I agree, most things I might say have already been said, but I think this one particular road is an interesting one:
1. Given that it was a survey, how was it that only 104 players were detected? Is my working assumption that roughly half of baseball was cheating wildly off?
I don't think your assumption is wildly off. I just think your recollection of the testing procedure is off.
As I recall, the threshold that would trigger automatic testing under an agreement between the players and owners was a 5% positive rate. It was widely assumed that the threshold would not be met, since players had advance notice about the testing and it was assumed that many users would simply avoid detection by going off their cycle well before the testing period.
There's no question in my mind that some did this, but it's also clear that others played it differently. They "knew" that there would be no consequences for a positive test - since the results were suposed to be anonymous and the owners promised to destroy the results - so they kept right on using and didn't give a damn if they were caught. (Oops.)
One other thing to remember is that many players who were using did not test positive in this test because they were not using a detectable steroid. Specifically, we know from pre-trial testimony that Bonds' sample came back "negative" because the standard steroid test didn't detect "the clear." Only after the Feds identified which sample was his and re-tested it did they determine that Bonds did have the designer steroid in his system.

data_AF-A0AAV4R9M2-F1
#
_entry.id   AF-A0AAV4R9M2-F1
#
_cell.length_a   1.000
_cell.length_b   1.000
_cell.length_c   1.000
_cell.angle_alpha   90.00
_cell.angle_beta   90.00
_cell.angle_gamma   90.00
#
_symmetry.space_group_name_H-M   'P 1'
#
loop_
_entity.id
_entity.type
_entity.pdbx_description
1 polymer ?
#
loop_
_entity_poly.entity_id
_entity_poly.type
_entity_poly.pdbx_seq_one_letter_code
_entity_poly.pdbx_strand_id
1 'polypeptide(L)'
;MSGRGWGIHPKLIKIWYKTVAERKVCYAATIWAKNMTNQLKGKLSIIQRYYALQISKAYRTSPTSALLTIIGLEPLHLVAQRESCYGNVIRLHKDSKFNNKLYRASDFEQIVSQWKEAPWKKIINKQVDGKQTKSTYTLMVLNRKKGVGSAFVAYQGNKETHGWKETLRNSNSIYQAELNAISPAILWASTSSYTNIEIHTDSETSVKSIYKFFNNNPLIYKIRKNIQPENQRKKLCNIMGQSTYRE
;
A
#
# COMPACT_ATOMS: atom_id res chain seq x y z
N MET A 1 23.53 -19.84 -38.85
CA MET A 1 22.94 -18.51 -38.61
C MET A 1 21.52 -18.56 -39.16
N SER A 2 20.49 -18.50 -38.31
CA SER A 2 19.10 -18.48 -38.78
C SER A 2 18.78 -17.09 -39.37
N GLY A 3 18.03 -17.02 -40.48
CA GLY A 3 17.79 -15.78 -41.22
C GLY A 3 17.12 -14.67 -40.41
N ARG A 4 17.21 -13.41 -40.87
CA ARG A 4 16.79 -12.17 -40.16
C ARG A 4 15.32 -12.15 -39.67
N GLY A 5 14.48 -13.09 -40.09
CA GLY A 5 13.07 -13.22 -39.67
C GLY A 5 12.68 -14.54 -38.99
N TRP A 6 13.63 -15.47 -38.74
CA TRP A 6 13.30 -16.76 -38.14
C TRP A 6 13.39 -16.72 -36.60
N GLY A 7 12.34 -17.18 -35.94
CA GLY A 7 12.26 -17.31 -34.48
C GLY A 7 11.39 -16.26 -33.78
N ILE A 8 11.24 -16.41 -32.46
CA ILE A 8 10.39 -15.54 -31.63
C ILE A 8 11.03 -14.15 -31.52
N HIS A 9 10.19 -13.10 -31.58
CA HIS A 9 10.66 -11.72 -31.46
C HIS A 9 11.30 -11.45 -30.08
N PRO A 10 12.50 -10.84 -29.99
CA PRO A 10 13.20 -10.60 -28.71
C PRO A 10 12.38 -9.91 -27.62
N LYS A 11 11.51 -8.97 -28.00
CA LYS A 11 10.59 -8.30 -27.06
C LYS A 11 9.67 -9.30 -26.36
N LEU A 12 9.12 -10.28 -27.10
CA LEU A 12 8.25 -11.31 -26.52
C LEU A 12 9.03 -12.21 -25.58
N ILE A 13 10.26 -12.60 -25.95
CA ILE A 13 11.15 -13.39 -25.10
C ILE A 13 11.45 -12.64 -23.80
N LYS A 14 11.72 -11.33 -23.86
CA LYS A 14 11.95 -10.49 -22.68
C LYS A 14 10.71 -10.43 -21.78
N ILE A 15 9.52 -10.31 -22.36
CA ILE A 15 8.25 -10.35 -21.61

Sounds a bit like the prisoners' dilemma
. Most of them have to stop using in order to avoid future testing, but if they stop using, they're at a competitive disadvantage. So it seems a great many of them still chose to use anyway, thinking they'd be part of a group less than 5%. But at a population of 25 players * 30 teams, 104 players is still like 14% of major-leaguers (not counting promotions/demotions). It seems their calculation was a bit off. I guess most of them don't exactly have Brian Bannister-levels of math comprehension.
I think a reasonable assumption is that far more than the 14% figure from the list were using, but I find it hard to believe that it was as high as 80%, at least in 2003. But I would believe 25% or 30%. That would mean half of them stopped using when threatened with stricter testing regimens.
Then there's also Bud Selig's bluff in regards to the 2003 testing. He (and the MLBPA) probably established what they did on the assumption that far fewer than 5% would come up positive, so they could safely say to the media "see? It's not a big problem!" and get on with it. They clearly didn't count on being so wildly off with their estimates, and were hoist by their own petard - and now find themselves in this pickle.
Lastly, I don't think it's blind naivete to suggest it's possible - even likely - that many players stopped using after they instituted stricter testing in 2004 and beyond. The risks may have outpaced the upside, even before the automatic 50-game suspension was put in place. But given the evidence against them, it's clear that Ortiz is now no more or less culpable than Rodriguez, and maybe moreso given his outspoken criticisms.
I still think there's a chance that the rampant
-steroid era ended with 2003, though. Far from a proven idea, of course, but with the publicized cases of the past few years, MLB may finally be getting a handle on the problem.